“Someone lucky enough to live in the future SDC would drive less than others in Sonoma County,” Dunn said.
Meanwhile, the draft report stated that many of the concerns most vocally expressed by neighbors over the past few years, and especially in recent months, will have less-than-significant impacts. These include exposure to wildfire, emergency evacuation plans, scenic views, fragile animal and plant species, generation of greenhouse gases and noise.
Some of those dismissals didn’t sit well with residents who had gotten their first glance at the documents.
Caitlin Cornwall, senior project manager for Sonoma Ecology Center, said she was confused by assertions that a community of 2,400 people wouldn’t have a significant impact on things like greenhouse gas emission and surrounding biological diversity. She also saw no evidence that a large data set the Ecology Center had submitted to the county, which showed potential effects on protected turtles on the east side of the property, had been considered.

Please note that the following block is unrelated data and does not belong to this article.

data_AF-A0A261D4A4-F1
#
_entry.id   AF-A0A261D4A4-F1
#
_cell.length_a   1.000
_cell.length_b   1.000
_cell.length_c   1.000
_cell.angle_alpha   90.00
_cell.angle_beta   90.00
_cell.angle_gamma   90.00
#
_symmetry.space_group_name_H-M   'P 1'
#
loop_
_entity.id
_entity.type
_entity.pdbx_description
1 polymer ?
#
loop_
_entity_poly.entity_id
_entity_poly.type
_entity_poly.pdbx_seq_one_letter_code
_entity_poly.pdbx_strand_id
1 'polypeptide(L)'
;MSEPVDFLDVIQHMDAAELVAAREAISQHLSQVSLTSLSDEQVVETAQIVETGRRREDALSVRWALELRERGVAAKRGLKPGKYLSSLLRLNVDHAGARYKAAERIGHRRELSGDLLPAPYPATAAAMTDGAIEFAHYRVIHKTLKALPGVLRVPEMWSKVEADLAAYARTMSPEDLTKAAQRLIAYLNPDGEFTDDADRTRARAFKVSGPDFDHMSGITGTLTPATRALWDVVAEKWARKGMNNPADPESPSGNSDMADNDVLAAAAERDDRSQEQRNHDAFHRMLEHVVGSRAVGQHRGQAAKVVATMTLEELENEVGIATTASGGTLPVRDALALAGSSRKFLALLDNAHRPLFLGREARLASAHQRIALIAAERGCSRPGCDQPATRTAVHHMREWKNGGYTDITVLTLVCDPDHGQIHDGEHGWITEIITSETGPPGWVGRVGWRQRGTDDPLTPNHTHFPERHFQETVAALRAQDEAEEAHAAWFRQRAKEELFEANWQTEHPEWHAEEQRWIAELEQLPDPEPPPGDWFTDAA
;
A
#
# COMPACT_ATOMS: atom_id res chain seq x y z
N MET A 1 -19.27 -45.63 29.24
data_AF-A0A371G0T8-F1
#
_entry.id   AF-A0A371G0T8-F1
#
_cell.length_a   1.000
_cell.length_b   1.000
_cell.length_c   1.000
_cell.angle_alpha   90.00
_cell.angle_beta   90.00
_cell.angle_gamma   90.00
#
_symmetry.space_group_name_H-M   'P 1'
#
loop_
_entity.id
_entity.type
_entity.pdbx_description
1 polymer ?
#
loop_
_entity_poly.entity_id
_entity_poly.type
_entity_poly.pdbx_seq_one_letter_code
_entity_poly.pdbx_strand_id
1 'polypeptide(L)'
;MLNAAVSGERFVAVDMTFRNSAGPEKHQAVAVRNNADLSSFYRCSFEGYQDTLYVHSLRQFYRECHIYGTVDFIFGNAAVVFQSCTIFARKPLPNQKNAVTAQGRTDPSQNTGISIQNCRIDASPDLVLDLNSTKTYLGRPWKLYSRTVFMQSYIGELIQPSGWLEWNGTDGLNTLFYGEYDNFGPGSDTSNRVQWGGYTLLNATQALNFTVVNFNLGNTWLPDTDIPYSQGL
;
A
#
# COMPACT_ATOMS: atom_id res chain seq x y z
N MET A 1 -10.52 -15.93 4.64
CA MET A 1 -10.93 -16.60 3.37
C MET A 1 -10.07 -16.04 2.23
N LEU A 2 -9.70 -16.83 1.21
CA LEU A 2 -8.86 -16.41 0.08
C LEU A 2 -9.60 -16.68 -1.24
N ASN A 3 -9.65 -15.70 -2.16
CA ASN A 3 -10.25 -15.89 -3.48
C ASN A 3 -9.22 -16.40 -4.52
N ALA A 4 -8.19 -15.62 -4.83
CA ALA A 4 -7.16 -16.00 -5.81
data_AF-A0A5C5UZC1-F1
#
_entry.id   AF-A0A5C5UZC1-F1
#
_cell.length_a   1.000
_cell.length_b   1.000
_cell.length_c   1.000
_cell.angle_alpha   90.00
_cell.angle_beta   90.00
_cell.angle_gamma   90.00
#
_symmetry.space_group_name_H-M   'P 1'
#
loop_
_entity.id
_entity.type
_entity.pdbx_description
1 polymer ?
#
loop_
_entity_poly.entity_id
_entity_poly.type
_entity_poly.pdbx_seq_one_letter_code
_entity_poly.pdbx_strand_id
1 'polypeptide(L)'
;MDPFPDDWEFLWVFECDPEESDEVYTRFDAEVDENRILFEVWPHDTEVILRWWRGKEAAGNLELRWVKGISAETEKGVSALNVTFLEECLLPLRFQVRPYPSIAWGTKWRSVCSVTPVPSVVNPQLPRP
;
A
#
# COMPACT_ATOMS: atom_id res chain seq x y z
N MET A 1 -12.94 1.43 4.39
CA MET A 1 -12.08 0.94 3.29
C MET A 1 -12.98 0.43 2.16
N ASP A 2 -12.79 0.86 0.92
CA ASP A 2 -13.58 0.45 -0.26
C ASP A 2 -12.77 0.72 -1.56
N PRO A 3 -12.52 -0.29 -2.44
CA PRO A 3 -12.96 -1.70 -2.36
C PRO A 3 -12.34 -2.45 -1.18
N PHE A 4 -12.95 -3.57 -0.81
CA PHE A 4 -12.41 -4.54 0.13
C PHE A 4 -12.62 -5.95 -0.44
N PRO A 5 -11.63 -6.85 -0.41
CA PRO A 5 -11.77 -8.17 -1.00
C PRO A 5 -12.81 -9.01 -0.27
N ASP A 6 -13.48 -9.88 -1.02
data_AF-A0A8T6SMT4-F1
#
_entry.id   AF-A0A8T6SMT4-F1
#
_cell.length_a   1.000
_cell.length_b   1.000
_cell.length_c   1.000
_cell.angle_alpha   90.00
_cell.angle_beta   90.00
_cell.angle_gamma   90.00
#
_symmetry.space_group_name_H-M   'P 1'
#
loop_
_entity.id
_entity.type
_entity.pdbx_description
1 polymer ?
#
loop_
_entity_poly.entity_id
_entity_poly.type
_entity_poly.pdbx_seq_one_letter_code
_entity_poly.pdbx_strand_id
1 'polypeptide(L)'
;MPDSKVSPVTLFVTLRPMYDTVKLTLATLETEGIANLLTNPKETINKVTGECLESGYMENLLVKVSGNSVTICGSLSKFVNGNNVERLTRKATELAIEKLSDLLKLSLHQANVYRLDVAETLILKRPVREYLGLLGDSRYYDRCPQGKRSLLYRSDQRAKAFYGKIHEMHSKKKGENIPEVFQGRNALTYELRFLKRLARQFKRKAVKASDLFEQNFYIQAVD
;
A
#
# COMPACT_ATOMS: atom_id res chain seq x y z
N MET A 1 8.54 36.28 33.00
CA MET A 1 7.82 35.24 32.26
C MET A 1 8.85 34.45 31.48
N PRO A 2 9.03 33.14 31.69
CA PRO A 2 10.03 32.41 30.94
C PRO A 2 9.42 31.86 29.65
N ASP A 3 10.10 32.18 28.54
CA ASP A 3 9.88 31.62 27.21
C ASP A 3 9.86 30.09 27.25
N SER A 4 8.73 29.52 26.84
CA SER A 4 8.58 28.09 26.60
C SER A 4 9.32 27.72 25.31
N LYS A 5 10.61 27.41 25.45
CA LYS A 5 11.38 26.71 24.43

“Also, it says the project would not induce substantial population growth,” Cornwall said. “I don’t know what the threshold is for substantial, but that seems odd.”
Like Salcedo, Cornwall cautioned that she hadn’t had time to thoroughly read the two hefty documents. They and others will be combing through them soon enough.
Salcedo knows this valley well. She believes the coming three months are likely to be as contentious as those leading up to Wednesday’s release, with multiple advocacy groups seeking to prioritize this unique property in different ways.
“I don’t think the community will be surprised that it’s 1,000 homes and 900 jobs,” Salcedo said. “But it’s not what this community has asked for. The fact that this does not appear to be a community-driven plan will raise some eyebrows. And then you have to ask which community is driving it.”
You can reach Staff Writer Phil Barber at 707-521-5263 or firstname.lastname@example.org. On Twitter @Skinny_Post.